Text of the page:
An executive with Hamilton’s international airport says few flights at the airstrip are being impacted negatively by the recent unprecedented rebound in travel by Canadians this summer.
John C. Munro’s business development and customer experience director, Dina Carluccci, says current industry-wide issues brought on by the COVID-19 pandemic have not translated to widespread cancellations and delays at the airport.
“We don’t have the type of issues that the larger airports are facing,” Carluccci said.
“To give you a perspective of that, if we moved 420 aircraft through the month of June, we saw a cancellation rate of two per cent.”
Carlucci said delays are also “very minor in nature” with maybe 10- to 15-minute holdups on some, typically resulting from issues at airports that Hamilton flights connect with.
“We don’t have a lot of international flights through the summer. We’re flying into St. Petersburg, Orlando, and Las Vegas, and those flights are a small portion of the total flights that we have,” Carlucci said.
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“A lot of what you’re seeing on the news has to do with international flying, customs processing bags, etc.”
Worldwide, airlines and airports have been struggling to cope with a massive travel resurgence amid staffing issues that are cascading into flight cancellations, baggage delays and endless queues.
Flight tracking website FlightAware recently measured the magnitude of the problem, with Toronto’s Pearson International being tagged as the world’s worst airport for delayed flights.
Data extracted between May 26 and July 19 showed 52.5 per cent of Pearson’s flights were delayed — the only one in the world that had more than half of its flights impacted.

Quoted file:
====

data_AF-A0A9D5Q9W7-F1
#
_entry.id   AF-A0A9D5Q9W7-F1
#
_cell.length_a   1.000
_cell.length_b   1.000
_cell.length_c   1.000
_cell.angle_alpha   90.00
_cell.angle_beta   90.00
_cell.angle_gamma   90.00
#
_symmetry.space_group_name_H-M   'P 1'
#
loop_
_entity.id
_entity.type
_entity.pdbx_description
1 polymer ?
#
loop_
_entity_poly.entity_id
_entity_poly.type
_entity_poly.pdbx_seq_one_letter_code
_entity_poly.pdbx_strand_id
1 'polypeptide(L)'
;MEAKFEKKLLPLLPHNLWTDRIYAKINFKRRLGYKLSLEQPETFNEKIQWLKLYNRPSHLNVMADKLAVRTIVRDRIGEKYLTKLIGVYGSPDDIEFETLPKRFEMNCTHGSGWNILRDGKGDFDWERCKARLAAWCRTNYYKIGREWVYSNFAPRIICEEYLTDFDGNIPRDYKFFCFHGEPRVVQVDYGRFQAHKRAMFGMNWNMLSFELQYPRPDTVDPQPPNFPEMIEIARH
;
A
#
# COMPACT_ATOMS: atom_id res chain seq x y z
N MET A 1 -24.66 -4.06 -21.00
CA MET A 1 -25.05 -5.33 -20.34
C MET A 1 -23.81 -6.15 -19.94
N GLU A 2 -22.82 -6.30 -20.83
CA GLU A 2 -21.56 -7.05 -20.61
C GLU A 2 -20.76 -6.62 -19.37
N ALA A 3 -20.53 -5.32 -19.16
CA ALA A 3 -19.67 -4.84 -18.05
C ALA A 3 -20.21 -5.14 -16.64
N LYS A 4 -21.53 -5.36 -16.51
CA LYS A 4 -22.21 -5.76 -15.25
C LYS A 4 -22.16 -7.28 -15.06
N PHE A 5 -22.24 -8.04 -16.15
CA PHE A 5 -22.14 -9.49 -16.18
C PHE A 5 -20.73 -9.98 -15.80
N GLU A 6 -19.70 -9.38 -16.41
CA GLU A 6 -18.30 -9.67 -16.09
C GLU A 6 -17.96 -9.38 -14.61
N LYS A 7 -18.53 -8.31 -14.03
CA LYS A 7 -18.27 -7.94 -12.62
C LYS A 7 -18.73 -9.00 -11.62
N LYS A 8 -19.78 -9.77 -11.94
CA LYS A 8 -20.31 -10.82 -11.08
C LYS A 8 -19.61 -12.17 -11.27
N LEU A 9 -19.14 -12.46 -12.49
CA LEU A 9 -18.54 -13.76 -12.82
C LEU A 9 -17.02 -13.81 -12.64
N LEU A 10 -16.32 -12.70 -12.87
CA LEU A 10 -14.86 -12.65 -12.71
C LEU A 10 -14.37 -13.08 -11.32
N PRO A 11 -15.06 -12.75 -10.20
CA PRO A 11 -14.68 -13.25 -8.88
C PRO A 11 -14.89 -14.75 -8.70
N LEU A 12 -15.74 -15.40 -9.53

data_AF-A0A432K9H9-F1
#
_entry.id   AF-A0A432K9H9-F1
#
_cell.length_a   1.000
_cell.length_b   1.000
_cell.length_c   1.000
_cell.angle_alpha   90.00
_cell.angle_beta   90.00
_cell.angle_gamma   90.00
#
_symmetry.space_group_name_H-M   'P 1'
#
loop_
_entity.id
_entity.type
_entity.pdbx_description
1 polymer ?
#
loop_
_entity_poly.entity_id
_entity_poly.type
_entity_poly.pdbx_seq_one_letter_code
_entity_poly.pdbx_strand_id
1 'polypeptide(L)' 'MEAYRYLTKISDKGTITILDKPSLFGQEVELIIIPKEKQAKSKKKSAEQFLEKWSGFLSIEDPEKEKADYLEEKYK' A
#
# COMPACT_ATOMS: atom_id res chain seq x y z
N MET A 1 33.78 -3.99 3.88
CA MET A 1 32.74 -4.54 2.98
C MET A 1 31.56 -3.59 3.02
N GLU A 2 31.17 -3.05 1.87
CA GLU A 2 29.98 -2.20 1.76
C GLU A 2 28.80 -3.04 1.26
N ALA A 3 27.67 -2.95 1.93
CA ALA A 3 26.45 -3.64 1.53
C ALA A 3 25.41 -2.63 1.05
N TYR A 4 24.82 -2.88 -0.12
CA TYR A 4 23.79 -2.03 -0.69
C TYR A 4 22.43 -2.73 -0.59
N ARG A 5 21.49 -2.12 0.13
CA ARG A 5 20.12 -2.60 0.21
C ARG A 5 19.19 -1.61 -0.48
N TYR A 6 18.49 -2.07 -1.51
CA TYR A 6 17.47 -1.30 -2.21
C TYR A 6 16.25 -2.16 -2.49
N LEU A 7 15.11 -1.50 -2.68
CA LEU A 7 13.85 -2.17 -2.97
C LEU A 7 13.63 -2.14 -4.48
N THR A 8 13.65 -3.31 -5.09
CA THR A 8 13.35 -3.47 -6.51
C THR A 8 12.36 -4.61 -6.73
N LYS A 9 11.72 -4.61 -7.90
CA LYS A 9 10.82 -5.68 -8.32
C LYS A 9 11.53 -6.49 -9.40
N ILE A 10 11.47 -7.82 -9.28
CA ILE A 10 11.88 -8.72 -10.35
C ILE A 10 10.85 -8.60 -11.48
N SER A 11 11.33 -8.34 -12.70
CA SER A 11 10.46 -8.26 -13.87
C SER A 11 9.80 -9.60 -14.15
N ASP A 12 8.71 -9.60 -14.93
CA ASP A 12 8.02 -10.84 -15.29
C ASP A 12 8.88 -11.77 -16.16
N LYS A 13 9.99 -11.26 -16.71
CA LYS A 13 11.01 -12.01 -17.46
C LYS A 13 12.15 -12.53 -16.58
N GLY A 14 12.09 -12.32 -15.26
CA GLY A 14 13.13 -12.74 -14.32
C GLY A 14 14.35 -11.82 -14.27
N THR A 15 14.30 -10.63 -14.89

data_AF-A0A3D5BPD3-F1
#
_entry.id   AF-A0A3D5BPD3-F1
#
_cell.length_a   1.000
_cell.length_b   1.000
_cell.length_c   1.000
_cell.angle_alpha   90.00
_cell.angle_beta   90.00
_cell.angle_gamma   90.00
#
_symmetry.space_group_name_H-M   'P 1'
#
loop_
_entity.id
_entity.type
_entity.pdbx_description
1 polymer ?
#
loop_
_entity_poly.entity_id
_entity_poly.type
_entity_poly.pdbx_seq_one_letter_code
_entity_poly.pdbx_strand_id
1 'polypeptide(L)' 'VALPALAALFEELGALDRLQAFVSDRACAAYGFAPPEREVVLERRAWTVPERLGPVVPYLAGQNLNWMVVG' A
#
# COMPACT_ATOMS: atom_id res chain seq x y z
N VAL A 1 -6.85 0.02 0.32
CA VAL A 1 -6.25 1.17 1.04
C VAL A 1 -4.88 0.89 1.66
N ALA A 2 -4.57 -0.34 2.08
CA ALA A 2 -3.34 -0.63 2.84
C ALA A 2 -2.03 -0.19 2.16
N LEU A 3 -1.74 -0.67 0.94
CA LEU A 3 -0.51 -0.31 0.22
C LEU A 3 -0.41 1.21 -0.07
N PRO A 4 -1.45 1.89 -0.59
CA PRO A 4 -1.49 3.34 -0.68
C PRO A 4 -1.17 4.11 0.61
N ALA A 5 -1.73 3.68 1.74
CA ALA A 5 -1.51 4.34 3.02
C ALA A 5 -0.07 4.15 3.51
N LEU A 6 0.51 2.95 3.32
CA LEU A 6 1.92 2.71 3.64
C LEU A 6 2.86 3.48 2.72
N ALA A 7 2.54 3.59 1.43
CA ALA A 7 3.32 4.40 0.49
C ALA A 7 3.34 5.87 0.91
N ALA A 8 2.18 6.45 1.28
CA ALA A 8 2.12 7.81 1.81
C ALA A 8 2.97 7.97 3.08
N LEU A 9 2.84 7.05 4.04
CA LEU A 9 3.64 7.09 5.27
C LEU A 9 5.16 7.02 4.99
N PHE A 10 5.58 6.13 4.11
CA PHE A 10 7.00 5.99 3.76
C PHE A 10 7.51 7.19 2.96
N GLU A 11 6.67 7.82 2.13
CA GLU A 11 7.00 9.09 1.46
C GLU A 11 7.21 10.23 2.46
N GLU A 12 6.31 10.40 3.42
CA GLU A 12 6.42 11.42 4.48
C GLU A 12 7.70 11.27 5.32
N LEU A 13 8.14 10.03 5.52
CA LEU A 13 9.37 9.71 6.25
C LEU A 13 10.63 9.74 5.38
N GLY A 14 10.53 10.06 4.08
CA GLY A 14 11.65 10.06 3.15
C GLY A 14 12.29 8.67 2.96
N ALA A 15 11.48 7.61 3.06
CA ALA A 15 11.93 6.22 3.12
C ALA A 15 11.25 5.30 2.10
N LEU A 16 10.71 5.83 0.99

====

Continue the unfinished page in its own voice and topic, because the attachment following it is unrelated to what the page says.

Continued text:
Number two on the list, Frankfurt in Germany, weighed in at 45.4 per cent, while Charles de Gaulle in Paris checked in at 43.2 per cent.
Pearson was fourth in cancellations during the same period with 6.5 per cent of its flights nixed.
Shenzhen Bao’an International Airport in China was number one with 7.9 per cent of all flights cancelled.
Carlucci said the airport is having ongoing conversations with airlines about the possibility of having overflow from Toronto’s Pearson and Billy Bishop airports fly to Hamilton as an alternate.
The airport has cited pre-COVID usage hitting 955,373 passengers in 2019, representing 32 per cent growth over 2018, mainly through seasonal routes from small carriers.
“There is a population in close proximity to the airport, when you look at other areas in the catchment, like London and Kitchener-Waterloo, Niagara Falls, so we’re a great alternate to get off the highways to Toronto,” Carlucci said.